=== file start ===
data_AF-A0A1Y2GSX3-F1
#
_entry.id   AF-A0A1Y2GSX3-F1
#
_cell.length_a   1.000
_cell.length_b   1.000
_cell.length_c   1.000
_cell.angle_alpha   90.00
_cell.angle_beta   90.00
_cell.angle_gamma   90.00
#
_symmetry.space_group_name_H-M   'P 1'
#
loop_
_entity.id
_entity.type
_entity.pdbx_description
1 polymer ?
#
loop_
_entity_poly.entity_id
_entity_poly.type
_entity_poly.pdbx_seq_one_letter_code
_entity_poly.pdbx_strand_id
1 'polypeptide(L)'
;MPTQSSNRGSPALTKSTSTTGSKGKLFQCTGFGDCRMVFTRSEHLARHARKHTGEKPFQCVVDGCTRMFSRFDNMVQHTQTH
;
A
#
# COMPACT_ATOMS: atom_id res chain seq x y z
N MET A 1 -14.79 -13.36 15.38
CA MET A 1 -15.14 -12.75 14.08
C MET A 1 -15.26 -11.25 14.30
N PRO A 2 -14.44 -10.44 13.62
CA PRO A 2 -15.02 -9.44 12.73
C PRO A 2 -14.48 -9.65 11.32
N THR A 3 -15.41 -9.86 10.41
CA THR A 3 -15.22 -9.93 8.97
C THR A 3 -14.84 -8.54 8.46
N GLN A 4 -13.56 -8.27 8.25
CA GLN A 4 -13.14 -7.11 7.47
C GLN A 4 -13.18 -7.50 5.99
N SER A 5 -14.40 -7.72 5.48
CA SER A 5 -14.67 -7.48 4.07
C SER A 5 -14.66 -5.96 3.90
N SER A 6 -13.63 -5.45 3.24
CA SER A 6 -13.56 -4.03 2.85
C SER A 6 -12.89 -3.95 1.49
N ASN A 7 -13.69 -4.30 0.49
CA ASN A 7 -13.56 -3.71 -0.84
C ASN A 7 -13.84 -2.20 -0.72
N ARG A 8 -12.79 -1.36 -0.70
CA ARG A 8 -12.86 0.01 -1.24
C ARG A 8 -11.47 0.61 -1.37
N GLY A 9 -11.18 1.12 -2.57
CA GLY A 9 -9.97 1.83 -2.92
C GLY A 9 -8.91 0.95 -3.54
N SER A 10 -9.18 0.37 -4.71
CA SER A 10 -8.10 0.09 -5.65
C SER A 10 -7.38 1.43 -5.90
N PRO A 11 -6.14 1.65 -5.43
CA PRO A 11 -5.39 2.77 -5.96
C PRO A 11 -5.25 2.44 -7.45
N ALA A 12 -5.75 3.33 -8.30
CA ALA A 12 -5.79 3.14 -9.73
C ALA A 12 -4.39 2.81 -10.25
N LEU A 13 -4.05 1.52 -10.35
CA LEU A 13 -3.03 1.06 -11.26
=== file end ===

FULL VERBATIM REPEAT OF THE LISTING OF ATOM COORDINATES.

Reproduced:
data_AF-A0A1Y2GSX3-F1
#
_entry.id   AF-A0A1Y2GSX3-F1
#
_cell.length_a   1.000
_cell.length_b   1.000
_cell.length_c   1.000
_cell.angle_alpha   90.00
_cell.angle_beta   90.00
_cell.angle_gamma   90.00
#
_symmetry.space_group_name_H-M   'P 1'
#
loop_
_entity.id
_entity.type
_entity.pdbx_description
1 polymer ?
#
loop_
_entity_poly.entity_id
_entity_poly.type
_entity_poly.pdbx_seq_one_letter_code
_entity_poly.pdbx_strand_id
1 'polypeptide(L)'
;MPTQSSNRGSPALTKSTSTTGSKGKLFQCTGFGDCRMVFTRSEHLARHARKHTGEKPFQCVVDGCTRMFSRFDNMVQHTQTH
;
A
#
# COMPACT_ATOMS: atom_id res chain seq x y z
N MET A 1 -14.79 -13.36 15.38
CA MET A 1 -15.14 -12.75 14.08
C MET A 1 -15.26 -11.25 14.30
N PRO A 2 -14.44 -10.44 13.62
CA PRO A 2 -15.02 -9.44 12.73
C PRO A 2 -14.48 -9.65 11.32
N THR A 3 -15.41 -9.86 10.41
CA THR A 3 -15.22 -9.93 8.97
C THR A 3 -14.84 -8.54 8.46
N GLN A 4 -13.56 -8.27 8.25
CA GLN A 4 -13.14 -7.11 7.47
C GLN A 4 -13.18 -7.50 5.99
N SER A 5 -14.40 -7.72 5.48
CA SER A 5 -14.67 -7.48 4.07
C SER A 5 -14.66 -5.96 3.90
N SER A 6 -13.63 -5.45 3.24
CA SER A 6 -13.56 -4.03 2.85
C SER A 6 -12.89 -3.95 1.49
N ASN A 7 -13.69 -4.30 0.49
CA ASN A 7 -13.56 -3.71 -0.84
C ASN A 7 -13.84 -2.20 -0.72
N ARG A 8 -12.79 -1.36 -0.70
CA ARG A 8 -12.86 0.01 -1.24
C ARG A 8 -11.47 0.61 -1.37
N GLY A 9 -11.18 1.12 -2.57
CA GLY A 9 -9.97 1.83 -2.92
C GLY A 9 -8.91 0.95 -3.54
N SER A 10 -9.18 0.37 -4.71
CA SER A 10 -8.10 0.09 -5.65
C SER A 10 -7.38 1.43 -5.90
N PRO A 11 -6.14 1.65 -5.43
CA PRO A 11 -5.39 2.77 -5.96
C PRO A 11 -5.25 2.44 -7.45
N ALA A 12 -5.75 3.33 -8.30
CA ALA A 12 -5.79 3.14 -9.73
C ALA A 12 -4.39 2.81 -10.25
N LEU A 13 -4.05 1.52 -10.35
CA LEU A 13 -3.03 1.06 -11.26